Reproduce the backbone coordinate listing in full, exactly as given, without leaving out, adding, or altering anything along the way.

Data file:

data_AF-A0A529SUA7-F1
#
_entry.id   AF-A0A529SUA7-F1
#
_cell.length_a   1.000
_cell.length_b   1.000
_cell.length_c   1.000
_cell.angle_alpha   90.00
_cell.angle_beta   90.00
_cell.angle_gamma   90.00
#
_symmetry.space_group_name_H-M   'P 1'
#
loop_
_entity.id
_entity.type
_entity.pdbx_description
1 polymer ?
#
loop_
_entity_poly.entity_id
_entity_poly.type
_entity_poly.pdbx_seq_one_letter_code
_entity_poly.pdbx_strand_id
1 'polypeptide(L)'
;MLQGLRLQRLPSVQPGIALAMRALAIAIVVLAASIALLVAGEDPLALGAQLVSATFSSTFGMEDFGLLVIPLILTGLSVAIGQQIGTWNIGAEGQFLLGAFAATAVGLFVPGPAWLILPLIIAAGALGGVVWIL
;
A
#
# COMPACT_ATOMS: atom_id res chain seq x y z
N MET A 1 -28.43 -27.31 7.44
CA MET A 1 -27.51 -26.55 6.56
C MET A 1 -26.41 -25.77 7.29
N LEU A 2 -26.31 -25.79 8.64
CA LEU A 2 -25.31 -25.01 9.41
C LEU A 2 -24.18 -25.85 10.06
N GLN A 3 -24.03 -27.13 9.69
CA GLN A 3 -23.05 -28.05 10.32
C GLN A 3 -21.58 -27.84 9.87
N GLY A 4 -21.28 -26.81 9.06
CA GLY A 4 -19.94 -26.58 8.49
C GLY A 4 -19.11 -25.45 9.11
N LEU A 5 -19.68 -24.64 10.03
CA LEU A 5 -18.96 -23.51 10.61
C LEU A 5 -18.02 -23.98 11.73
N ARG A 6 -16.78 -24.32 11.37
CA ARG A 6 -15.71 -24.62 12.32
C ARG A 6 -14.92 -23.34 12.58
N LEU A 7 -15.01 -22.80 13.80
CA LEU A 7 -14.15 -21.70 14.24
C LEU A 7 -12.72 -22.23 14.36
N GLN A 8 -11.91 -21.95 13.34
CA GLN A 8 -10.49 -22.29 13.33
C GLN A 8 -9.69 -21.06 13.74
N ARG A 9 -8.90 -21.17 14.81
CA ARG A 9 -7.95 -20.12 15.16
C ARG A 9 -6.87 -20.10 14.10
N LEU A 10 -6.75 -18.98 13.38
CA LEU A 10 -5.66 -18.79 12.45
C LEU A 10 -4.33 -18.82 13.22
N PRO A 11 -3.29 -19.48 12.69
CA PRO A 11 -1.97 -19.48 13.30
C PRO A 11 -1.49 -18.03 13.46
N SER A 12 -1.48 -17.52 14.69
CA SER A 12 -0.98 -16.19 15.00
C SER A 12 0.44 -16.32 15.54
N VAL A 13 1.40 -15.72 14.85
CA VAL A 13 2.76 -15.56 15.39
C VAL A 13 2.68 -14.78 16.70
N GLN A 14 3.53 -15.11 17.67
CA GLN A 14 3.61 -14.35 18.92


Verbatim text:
data_AF-A0A529SUA7-F1
#
_entry.id   AF-A0A529SUA7-F1
#
_cell.length_a   1.000
_cell.length_b   1.000
_cell.length_c   1.000
_cell.angle_alpha   90.00
_cell.angle_beta   90.00
_cell.angle_gamma   90.00
#
_symmetry.space_group_name_H-M   'P 1'
#
loop_
_entity.id
_entity.type
_entity.pdbx_description
1 polymer ?
#
loop_
_entity_poly.entity_id
_entity_poly.type
_entity_poly.pdbx_seq_one_letter_code
_entity_poly.pdbx_strand_id
1 'polypeptide(L)'
;MLQGLRLQRLPSVQPGIALAMRALAIAIVVLAASIALLVAGEDPLALGAQLVSATFSSTFGMEDFGLLVIPLILTGLSVAIGQQIGTWNIGAEGQFLLGAFAATAVGLFVPGPAWLILPLIIAAGALGGVVWIL
;
A
#
# COMPACT_ATOMS: atom_id res chain seq x y z
N MET A 1 -28.43 -27.31 7.44
CA MET A 1 -27.51 -26.55 6.56
C MET A 1 -26.41 -25.77 7.29
N LEU A 2 -26.31 -25.79 8.64
CA LEU A 2 -25.31 -25.01 9.41
C LEU A 2 -24.18 -25.85 10.06
N GLN A 3 -24.03 -27.13 9.69
CA GLN A 3 -23.05 -28.05 10.32
C GLN A 3 -21.58 -27.84 9.87
N GLY A 4 -21.28 -26.81 9.06
CA GLY A 4 -19.94 -26.58 8.49
C GLY A 4 -19.11 -25.45 9.11
N LEU A 5 -19.68 -24.64 10.03
CA LEU A 5 -18.96 -23.51 10.61
C LEU A 5 -18.02 -23.98 11.73
N ARG A 6 -16.78 -24.32 11.37
CA ARG A 6 -15.71 -24.62 12.32
C ARG A 6 -14.92 -23.34 12.58
N LEU A 7 -15.01 -22.80 13.80
CA LEU A 7 -14.15 -21.70 14.24
C LEU A 7 -12.72 -22.23 14.36
N GLN A 8 -11.91 -21.95 13.34
CA GLN A 8 -10.49 -22.29 13.33
C GLN A 8 -9.69 -21.06 13.74
N ARG A 9 -8.90 -21.17 14.81
CA ARG A 9 -7.95 -20.12 15.16
C ARG A 9 -6.87 -20.10 14.10
N LEU A 10 -6.75 -18.98 13.38
CA LEU A 10 -5.66 -18.79 12.45
C LEU A 10 -4.33 -18.82 13.22
N PRO A 11 -3.29 -19.48 12.69
CA PRO A 11 -1.97 -19.48 13.30
C PRO A 11 -1.49 -18.03 13.46
N SER A 12 -1.48 -17.52 14.69
CA SER A 12 -0.98 -16.19 15.00
C SER A 12 0.44 -16.32 15.54
N VAL A 13 1.40 -15.72 14.85
CA VAL A 13 2.76 -15.56 15.39
C VAL A 13 2.68 -14.78 16.70
N GLN A 14 3.53 -15.11 17.67
CA GLN A 14 3.61 -14.35 18.92